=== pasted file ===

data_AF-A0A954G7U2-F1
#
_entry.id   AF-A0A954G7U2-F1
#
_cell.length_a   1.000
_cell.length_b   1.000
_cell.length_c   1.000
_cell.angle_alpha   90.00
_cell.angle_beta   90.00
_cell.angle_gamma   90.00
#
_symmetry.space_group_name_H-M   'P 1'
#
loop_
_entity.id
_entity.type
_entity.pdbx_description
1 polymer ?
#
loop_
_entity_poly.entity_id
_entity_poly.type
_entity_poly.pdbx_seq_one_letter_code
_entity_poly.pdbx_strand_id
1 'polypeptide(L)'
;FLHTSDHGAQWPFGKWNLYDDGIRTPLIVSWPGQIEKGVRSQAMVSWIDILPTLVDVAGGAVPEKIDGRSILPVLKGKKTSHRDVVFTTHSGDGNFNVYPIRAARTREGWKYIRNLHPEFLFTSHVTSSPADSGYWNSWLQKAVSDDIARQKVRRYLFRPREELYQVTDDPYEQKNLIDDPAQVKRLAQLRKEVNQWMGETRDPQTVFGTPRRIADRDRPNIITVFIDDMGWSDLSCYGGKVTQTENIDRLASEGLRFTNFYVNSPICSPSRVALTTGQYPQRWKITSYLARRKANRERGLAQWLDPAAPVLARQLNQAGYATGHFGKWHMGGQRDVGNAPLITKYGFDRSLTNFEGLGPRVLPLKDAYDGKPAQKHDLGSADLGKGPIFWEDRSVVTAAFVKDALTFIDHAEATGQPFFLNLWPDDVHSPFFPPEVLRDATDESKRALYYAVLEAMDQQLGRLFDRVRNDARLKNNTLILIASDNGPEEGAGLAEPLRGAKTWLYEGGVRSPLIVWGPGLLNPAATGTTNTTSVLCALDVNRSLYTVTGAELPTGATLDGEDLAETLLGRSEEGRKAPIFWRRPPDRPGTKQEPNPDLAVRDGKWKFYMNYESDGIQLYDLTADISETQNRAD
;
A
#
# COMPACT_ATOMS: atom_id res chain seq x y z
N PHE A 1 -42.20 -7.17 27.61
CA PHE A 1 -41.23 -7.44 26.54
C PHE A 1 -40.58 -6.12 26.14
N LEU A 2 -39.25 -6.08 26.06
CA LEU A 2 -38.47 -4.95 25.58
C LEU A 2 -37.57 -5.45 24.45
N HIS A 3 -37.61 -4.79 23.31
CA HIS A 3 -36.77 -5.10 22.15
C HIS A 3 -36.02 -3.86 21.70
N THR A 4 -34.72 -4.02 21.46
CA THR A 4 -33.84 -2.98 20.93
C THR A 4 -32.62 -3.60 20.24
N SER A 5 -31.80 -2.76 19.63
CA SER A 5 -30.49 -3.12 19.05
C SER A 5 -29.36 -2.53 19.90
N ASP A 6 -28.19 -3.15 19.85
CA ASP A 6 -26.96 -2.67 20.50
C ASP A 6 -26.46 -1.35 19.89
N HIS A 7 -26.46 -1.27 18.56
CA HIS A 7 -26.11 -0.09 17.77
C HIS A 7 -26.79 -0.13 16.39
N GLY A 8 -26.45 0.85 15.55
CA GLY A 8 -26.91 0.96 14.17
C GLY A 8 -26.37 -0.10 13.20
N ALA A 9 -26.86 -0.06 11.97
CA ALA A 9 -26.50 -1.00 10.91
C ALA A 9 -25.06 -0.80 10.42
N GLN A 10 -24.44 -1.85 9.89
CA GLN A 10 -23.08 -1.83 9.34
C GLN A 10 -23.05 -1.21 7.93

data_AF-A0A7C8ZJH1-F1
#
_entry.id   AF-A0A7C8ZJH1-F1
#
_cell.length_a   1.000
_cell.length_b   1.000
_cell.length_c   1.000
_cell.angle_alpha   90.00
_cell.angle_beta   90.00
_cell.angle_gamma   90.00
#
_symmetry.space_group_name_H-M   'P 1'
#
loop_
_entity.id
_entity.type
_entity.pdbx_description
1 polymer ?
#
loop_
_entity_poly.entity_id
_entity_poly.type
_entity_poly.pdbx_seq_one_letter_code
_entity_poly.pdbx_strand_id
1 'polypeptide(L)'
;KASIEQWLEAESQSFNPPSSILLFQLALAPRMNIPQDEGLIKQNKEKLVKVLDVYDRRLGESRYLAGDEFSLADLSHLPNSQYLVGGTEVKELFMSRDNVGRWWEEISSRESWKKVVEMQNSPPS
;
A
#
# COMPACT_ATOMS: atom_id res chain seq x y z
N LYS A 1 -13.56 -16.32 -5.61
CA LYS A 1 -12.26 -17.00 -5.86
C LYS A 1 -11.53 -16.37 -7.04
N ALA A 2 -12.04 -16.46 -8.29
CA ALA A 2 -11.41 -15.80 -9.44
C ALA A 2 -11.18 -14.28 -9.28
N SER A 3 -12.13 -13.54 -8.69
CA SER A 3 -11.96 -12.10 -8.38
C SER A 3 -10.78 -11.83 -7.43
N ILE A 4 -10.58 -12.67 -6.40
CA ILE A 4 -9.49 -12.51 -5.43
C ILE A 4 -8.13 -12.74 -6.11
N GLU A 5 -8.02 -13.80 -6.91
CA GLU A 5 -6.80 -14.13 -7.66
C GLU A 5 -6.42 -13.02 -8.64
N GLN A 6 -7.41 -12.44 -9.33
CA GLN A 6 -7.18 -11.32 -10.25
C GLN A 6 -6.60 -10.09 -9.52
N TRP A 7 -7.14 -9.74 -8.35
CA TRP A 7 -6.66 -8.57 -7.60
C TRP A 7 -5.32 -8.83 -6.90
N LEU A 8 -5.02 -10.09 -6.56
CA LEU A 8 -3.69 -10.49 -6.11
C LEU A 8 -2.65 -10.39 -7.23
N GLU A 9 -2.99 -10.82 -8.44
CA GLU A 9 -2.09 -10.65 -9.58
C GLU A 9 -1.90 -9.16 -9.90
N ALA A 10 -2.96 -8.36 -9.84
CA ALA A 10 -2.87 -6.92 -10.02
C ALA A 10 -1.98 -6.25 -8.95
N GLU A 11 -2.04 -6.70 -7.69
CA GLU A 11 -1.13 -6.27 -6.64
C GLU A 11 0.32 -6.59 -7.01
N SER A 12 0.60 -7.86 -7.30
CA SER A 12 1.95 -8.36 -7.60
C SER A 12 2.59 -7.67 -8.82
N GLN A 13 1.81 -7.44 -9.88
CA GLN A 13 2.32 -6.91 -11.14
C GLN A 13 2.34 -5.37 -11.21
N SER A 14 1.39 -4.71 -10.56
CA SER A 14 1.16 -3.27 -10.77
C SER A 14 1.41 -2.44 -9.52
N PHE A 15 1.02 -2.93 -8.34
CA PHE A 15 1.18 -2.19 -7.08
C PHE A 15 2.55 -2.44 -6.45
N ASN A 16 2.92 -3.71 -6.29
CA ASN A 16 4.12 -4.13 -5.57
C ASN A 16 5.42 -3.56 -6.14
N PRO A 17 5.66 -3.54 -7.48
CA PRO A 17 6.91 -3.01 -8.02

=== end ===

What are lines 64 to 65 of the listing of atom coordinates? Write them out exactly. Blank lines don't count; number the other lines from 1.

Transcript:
#
_cell.length_a   1.000